This week in History

Kenyatta collapsed in a toilet, called male Ministers ‘father and mother’

President once executed an upper cut on a State House waiter who spilled soup on his suit

The Successor: President Jomo Kenyatta with his brood. From left Kristina, Muhoho, Mama Ngina and Uhuru Kenyatta at home in Ichaweri, Gatundu, Kiambu County. He had for ages nursed a weak heart, gout and eczema. His last days were peppered with memory loss and incoherence. He suffered poor eyesight but would only wear eye glasses over his dead body. His speeches were typed in extra large fonts with the word ‘Commission’ omitted in all speeches as kept pronouncing it as ‘Kamishen.’

By GW Ngari



The President introduced two male Cabinet colleagues as “my father and mother” to visiting diplomats at State House Nakuru. That was one of many red flags President Mzee Jomo Kenyatta was losing his marbles.

 I mean, why would Kenyatta refer to Minister of State, Mbiyu Koinange, his brother in-law as his father? Assistant Foreign Affairs Minister Kassim Mwamzandi was also shocked he was Kenyatta’s mother!

Bread of Sorrow: Jomo Kenyatta’s State Funeral on August 31, 1978 had been planned 10 years earlier including use of the carriage that ferried British Premier, Sir Winston Churchill’s body, (above).
Aware of the ensuing Kenyatta Succession, PCEA Moderator Rev Charles Kareri pegged his sermon from the words of St Paul: ‘I know after my departure fierce wolves will come in among you not sparing the flock. And from your own selves will arise men speaking perverse things to draw away disciples after them. Therefore be alert.’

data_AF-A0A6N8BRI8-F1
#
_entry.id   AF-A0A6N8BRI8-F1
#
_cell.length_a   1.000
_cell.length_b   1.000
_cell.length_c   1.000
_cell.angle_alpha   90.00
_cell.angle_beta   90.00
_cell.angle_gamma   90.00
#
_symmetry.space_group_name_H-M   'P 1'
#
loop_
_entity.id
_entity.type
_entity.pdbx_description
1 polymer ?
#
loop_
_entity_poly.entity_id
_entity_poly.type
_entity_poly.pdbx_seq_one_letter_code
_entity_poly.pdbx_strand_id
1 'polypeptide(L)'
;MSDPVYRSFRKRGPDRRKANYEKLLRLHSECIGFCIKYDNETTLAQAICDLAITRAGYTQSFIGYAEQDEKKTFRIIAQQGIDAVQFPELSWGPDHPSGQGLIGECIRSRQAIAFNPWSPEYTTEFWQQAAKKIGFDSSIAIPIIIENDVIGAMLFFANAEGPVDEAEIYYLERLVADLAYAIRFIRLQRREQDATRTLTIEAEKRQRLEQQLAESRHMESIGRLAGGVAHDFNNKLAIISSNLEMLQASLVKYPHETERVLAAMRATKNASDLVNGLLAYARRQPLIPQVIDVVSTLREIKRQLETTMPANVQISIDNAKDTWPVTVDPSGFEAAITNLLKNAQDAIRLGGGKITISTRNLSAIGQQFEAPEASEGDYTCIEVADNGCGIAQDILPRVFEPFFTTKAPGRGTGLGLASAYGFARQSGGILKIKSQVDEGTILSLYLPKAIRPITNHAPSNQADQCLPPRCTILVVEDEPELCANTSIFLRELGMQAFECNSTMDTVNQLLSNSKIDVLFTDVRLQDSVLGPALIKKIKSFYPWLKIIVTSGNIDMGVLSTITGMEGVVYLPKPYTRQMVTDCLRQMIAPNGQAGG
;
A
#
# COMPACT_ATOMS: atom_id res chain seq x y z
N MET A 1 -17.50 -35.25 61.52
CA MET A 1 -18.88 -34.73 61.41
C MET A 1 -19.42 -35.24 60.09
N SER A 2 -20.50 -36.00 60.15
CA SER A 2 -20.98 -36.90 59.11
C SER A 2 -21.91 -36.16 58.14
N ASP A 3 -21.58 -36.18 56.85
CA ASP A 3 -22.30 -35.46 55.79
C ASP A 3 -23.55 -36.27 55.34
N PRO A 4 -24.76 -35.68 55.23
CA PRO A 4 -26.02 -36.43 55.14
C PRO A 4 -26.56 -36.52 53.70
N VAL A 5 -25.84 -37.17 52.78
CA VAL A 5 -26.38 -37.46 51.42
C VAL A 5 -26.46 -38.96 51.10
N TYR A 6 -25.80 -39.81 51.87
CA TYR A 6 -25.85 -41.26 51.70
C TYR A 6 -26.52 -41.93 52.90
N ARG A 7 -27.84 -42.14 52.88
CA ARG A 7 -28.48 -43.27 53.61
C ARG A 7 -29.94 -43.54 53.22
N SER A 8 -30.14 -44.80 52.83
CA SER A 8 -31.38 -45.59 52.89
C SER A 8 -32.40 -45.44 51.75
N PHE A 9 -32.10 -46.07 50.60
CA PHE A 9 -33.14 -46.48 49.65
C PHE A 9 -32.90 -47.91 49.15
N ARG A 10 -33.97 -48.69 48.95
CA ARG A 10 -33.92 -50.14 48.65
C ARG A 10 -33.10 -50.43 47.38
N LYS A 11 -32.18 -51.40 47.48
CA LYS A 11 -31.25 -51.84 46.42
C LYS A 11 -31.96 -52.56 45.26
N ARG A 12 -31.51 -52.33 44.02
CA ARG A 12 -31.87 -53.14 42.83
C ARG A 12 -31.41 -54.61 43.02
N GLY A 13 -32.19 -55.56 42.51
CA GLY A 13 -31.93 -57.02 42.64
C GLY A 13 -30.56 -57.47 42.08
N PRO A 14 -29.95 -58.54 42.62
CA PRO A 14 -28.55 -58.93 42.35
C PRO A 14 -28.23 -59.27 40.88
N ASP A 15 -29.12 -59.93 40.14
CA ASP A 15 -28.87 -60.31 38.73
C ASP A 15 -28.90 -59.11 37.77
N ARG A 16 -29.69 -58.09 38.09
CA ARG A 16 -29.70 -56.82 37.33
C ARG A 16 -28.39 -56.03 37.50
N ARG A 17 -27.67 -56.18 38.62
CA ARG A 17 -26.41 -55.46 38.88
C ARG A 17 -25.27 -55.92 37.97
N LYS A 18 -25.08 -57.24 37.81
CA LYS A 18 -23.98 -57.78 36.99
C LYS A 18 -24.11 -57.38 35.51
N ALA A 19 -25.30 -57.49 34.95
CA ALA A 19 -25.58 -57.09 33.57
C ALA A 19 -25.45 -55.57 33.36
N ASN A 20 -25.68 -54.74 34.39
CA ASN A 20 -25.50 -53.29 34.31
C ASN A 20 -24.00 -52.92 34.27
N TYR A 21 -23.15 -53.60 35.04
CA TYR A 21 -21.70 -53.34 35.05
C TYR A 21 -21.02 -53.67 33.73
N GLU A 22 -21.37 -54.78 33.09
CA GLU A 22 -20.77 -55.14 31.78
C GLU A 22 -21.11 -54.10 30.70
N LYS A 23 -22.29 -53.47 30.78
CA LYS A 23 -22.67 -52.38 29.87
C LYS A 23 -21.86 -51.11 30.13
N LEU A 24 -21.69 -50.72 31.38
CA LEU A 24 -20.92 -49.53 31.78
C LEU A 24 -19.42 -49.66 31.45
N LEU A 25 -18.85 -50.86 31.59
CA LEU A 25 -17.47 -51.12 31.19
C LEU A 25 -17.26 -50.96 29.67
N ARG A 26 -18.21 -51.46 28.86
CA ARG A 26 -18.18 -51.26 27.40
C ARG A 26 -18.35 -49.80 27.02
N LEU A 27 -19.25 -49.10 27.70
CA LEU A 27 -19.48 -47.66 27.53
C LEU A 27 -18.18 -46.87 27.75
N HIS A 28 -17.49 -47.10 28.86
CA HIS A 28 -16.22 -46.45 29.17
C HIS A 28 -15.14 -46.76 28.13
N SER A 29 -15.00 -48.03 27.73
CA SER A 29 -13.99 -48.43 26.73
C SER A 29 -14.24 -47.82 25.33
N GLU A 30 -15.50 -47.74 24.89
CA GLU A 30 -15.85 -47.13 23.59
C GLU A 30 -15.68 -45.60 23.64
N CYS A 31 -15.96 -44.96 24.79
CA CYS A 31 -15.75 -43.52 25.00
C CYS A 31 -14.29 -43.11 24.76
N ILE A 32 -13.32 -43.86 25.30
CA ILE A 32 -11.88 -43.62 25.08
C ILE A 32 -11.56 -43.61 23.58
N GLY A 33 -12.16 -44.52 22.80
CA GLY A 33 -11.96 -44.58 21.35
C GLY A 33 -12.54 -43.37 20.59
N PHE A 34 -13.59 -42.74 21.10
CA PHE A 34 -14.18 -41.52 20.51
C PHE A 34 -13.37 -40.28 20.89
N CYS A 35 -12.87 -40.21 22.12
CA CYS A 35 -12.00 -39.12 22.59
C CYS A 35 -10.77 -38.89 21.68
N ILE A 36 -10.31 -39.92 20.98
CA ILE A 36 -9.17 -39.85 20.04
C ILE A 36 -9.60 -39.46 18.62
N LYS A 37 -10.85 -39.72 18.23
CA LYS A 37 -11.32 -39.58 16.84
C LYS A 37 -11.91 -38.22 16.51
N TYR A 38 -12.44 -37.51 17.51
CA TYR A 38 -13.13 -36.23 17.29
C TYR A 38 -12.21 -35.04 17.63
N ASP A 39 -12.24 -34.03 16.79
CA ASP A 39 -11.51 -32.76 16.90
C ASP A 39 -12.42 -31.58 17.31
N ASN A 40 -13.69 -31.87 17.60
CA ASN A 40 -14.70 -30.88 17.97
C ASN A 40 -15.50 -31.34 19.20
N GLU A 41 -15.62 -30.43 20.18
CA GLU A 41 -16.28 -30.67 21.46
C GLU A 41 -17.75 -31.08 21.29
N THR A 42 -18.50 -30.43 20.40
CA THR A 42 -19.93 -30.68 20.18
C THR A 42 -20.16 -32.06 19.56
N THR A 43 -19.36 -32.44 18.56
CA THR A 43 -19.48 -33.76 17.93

Mzee Kenyatat died in the cursed month August, the jinxed month when the prominent and famous die: Vice President Kijana Wamalwa, Cabinet Minister Karisa Maitha, Fr Anthony John Kaiser, politician Martin Shikuku, Bishop Alexander Muge, Masinde Muliro and former Foreign Affairs Minister Dr Munyua Waiyaki. Even Princess Diana died in August 1997.
  August is also notorious for bombings like the 1998 Terrorist Bombing in Nairobi, political mayhem; like the abortive coup of August 1, 1982 in Kenya and the recent Taliban takeover in Afghanistan.

Kenyatta, who once executed an upper cut on a waiter who spilled soup on his suit during a State banquet for American Supreme Court Justice Thurgood Marshall, was increasingly running out of breath.

 So bad were the memory losses, he lost track of directions and once found himself in the dingy quarters of domestic staffers at State House Mombasa! He also often forgot his trademark flywhisk and had to be shown his signature to remember it.

Return of Shaka: Dr Christiaan Barnard, was a South Africa heart transplant pioneer, but also an incorrigible playboy who had a one-night fling with an Italian film star while visiting the Pope at the Vatican. In 1976, he was invited to check on Kenyatta’s heart by Attorney General Charles Njonjo in whose Muthaiga home he stayed in the two weeks he was in Kenya-which had no diplomatic ties with the then Apartheid South Africa.
What Dr Barnard diagnosed on the President left him sobbing while addressing the Rotary Club of Nairobi. This prompted Spy Chief James Kanyotu to accelerate the Kenyatta Succession which irrevocably altered Kenya’s political landscape. [Photo: Mario Torrisi/AP/REX/Shutterstock]